Somalia’s MPs are due to elect the country’s president at the heavily guarded airport complex in Mogadishu, as the rest of the capital is not safe.
Traffic has been banned, schools have been shut and a no-fly zone imposed over Mogadishu to prevent attacks.
Despite this, suspected militant Islamists fired mortar rounds close to the venue on Tuesday night.
Somalia, marred by religious and clan conflict, has not had a one-person one-vote democratic election since 1969.
That vote was followed by a coup, dictatorship and conflict involving clan militias and Islamist extremists.
The elections are seen as part of a lengthy and complex process to help the East African state rebuild its democracy and achieve stability.
More than 20,000 African Union (AU) troops are stationed in Somalia to prevent militant Islamist group al-Shabab from overthrowing the weak government.
Over 20 candidates are vying to become president, with the top three proceeding to a second round of voting and the top two from that round going forward to a third and final vote.
The election hall is a converted aircraft hangar, and is packed with MPs, reports the BBC’s Ferdinand Omondi from the venue.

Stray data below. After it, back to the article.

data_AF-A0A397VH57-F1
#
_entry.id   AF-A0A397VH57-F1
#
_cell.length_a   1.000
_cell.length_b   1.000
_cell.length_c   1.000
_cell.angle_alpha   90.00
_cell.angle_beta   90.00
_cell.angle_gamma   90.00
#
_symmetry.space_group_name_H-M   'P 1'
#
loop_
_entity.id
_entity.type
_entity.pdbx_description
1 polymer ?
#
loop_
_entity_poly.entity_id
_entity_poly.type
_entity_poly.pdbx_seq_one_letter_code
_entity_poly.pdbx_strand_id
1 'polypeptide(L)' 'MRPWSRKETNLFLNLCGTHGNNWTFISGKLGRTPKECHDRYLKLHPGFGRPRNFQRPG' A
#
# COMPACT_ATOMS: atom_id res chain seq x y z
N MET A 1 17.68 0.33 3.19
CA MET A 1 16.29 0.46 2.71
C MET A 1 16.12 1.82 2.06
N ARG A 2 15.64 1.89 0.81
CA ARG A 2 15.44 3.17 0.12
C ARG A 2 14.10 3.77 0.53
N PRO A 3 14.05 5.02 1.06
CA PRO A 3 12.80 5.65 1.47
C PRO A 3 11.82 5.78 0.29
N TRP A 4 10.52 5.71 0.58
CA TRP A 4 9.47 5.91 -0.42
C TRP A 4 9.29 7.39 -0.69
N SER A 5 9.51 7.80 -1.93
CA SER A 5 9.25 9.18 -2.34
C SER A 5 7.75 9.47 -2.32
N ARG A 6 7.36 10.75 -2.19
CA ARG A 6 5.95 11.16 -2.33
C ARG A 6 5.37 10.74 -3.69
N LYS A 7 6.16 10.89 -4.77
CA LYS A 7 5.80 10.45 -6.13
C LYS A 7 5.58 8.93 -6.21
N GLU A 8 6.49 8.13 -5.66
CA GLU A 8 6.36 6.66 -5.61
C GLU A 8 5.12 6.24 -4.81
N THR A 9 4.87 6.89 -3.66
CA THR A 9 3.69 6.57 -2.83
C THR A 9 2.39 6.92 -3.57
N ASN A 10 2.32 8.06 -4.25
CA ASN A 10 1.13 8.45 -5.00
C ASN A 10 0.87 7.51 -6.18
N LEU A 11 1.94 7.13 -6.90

President Hassan Sheikh Mohamud is standing for re-election and analysts say he is likely to be one of those who goes forward to the later rounds.
The airport is viewed as the most secure site and voting was moved there from a police academy because of growing security concerns.
On Tuesday evening, suspected Al-Shabab militants launched a series of attacks, with two mortar rounds fired close to the venue where the voting venue.
Residents in Arbacow village outside Mogadishu say jihadists attacked an AU base there.
Al-Shabab has a presence in much of the southern third of the country and has previously attacked the Somali parliament, presidential palace, courts, hotels and the fortified airport zone.
At least 19 politicians, as well as many civilians and soldiers, have been killed in its assaults.
Wednesday’s security measures include a ban on flights to and from Mogadishu airport.
Correspondents said most schools and offices remained open on Tuesday but people had had to walk to reach their destination.
Analysts say holding the election in the airport environment may also reduce the possibility of vote buying or other corruption in the election process.